Near Corinth, Miss., May 24, 1862.
I returned last night from a two day's scout. Our orders were to scour the country along the Tennessee river to near Eastport and return through Iuka, Burnsville and Glendale. A Michigan colonel commanded the party and skipped Iuka three miles. There were little bands of Rebels in sight nearly all the time we were in that vicinity, so that I could not gallop off to the place alone, and of course the colonel wouldn't let me have men to go with me.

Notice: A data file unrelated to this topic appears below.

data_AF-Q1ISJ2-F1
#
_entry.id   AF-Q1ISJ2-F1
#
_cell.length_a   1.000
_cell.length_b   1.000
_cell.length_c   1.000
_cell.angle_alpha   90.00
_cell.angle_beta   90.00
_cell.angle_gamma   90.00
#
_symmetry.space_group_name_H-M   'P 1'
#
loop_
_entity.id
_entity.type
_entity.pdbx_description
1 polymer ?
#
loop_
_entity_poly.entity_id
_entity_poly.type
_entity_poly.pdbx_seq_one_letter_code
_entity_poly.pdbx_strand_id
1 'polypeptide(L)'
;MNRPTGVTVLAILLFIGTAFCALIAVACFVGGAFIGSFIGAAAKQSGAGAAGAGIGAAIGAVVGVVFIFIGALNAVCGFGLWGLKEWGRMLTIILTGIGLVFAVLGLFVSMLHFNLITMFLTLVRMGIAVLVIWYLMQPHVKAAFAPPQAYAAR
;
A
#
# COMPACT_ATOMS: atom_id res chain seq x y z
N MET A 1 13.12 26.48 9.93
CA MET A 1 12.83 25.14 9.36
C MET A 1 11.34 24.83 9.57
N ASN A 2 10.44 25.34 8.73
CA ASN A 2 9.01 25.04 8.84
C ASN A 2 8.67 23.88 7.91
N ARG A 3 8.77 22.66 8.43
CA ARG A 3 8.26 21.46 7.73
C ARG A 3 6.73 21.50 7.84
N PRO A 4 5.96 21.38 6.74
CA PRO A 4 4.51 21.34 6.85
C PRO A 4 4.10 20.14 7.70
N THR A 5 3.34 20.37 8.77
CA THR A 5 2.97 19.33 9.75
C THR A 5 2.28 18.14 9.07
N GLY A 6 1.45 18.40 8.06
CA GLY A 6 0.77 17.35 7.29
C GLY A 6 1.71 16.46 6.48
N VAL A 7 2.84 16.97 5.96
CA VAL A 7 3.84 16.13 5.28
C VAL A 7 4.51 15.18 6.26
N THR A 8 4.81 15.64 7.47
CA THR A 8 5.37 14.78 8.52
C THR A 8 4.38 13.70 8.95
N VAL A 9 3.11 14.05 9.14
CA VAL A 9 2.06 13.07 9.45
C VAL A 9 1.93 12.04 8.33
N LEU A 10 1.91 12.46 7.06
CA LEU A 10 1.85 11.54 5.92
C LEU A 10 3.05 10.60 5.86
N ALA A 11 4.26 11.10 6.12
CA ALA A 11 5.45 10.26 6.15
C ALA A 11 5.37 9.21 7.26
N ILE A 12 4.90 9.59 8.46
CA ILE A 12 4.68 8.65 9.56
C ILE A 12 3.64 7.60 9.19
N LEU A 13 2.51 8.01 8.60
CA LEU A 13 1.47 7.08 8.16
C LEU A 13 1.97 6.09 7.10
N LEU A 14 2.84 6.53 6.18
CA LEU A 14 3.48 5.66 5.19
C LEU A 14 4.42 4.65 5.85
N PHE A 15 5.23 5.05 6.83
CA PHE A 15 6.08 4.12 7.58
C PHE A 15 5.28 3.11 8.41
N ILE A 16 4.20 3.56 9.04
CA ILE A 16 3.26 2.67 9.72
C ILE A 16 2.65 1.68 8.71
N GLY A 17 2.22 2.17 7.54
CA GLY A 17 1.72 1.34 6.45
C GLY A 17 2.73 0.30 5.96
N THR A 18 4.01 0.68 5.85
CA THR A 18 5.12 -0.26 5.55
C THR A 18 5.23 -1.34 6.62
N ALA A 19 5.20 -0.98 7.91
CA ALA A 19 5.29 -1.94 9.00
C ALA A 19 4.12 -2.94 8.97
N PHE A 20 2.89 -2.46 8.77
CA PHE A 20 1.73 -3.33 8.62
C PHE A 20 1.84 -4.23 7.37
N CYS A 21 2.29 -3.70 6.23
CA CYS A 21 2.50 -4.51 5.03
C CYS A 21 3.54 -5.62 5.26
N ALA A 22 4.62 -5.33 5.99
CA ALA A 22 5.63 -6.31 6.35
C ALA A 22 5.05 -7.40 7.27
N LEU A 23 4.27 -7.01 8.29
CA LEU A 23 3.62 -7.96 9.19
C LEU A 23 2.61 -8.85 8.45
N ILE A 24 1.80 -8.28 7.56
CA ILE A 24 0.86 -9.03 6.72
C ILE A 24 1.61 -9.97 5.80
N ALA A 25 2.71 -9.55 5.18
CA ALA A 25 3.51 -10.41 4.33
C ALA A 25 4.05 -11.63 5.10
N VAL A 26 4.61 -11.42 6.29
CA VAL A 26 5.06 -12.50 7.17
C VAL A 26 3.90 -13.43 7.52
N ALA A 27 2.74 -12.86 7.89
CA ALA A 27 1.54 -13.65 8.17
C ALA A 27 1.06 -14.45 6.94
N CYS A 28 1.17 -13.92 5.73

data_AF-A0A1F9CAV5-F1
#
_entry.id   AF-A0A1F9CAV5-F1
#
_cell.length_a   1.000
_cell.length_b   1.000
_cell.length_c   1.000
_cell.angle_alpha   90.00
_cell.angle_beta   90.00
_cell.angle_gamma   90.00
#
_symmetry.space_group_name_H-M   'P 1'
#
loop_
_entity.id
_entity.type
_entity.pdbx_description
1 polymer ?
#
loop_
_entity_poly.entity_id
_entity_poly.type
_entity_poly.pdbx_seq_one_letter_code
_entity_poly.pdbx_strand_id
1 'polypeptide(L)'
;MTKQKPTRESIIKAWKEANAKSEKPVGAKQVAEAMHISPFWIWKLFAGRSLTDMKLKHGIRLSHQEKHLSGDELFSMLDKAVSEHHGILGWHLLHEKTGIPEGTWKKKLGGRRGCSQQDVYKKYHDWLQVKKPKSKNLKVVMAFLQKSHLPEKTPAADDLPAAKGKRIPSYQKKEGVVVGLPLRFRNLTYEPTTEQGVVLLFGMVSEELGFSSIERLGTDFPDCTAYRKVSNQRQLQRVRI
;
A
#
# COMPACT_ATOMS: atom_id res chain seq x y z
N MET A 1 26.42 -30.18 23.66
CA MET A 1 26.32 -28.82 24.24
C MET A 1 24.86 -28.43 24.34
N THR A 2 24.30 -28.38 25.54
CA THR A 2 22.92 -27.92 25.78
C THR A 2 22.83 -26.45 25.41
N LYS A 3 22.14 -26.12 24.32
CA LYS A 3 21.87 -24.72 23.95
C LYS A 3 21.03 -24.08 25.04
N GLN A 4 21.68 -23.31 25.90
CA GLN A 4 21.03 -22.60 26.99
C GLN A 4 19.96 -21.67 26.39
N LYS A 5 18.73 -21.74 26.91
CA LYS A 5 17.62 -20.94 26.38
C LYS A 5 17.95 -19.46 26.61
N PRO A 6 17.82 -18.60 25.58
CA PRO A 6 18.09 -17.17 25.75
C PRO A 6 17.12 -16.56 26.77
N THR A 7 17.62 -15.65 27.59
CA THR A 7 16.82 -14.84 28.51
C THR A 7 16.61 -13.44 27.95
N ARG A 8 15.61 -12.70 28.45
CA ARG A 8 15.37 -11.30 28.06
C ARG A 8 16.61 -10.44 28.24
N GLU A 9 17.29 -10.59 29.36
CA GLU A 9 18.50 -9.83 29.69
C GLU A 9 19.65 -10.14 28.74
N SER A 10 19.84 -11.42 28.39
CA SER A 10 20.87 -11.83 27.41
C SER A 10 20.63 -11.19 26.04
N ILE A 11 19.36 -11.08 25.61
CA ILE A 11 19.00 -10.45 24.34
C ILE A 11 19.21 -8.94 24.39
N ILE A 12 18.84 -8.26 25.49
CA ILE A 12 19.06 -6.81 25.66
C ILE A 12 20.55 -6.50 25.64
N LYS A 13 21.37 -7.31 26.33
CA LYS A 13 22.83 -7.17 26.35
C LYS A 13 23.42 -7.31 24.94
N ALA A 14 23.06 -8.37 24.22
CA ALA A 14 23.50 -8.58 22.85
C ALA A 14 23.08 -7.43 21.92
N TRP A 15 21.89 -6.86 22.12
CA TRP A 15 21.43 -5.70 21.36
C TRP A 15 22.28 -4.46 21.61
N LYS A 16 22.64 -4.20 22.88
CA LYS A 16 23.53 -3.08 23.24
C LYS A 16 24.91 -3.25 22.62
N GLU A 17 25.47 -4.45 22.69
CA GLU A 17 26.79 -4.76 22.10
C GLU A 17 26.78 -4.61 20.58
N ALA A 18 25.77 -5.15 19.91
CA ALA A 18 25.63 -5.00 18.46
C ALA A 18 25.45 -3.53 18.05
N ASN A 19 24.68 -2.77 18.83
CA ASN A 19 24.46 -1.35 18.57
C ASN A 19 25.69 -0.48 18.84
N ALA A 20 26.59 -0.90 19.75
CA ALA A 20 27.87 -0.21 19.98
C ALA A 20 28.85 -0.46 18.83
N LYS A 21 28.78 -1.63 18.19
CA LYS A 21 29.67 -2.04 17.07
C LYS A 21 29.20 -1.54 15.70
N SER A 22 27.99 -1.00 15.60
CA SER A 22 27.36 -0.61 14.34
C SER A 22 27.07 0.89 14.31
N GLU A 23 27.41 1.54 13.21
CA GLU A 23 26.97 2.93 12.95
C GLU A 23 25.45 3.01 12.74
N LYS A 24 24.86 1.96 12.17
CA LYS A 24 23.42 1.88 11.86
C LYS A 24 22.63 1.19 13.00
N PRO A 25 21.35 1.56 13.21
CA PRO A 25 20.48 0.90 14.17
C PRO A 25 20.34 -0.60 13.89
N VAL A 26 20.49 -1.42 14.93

We rode all day yesterday through a steady rain and over roads that were for miles obstructed by felled trees and bridges burned. We came back through Pope's division yesterday. Think he is as about as well fortified as Beauregard can be. ’Tis astonishing how much ditching he has done within a week. Has also cut down enough trees (to make his left unapproachable) to last all of Illinois ten years for firewood. There's no site for a Bull Run here. Confederate scrip goes among the people here freely. If a man refuses to take it they lynch him. Not the citizens but soldiers do the dirty work. The people here all say that the seceded States will have to go back where they started from.
SOURCE: Charles Wright Wills, Army Life of an Illinois Soldier, p. 91-2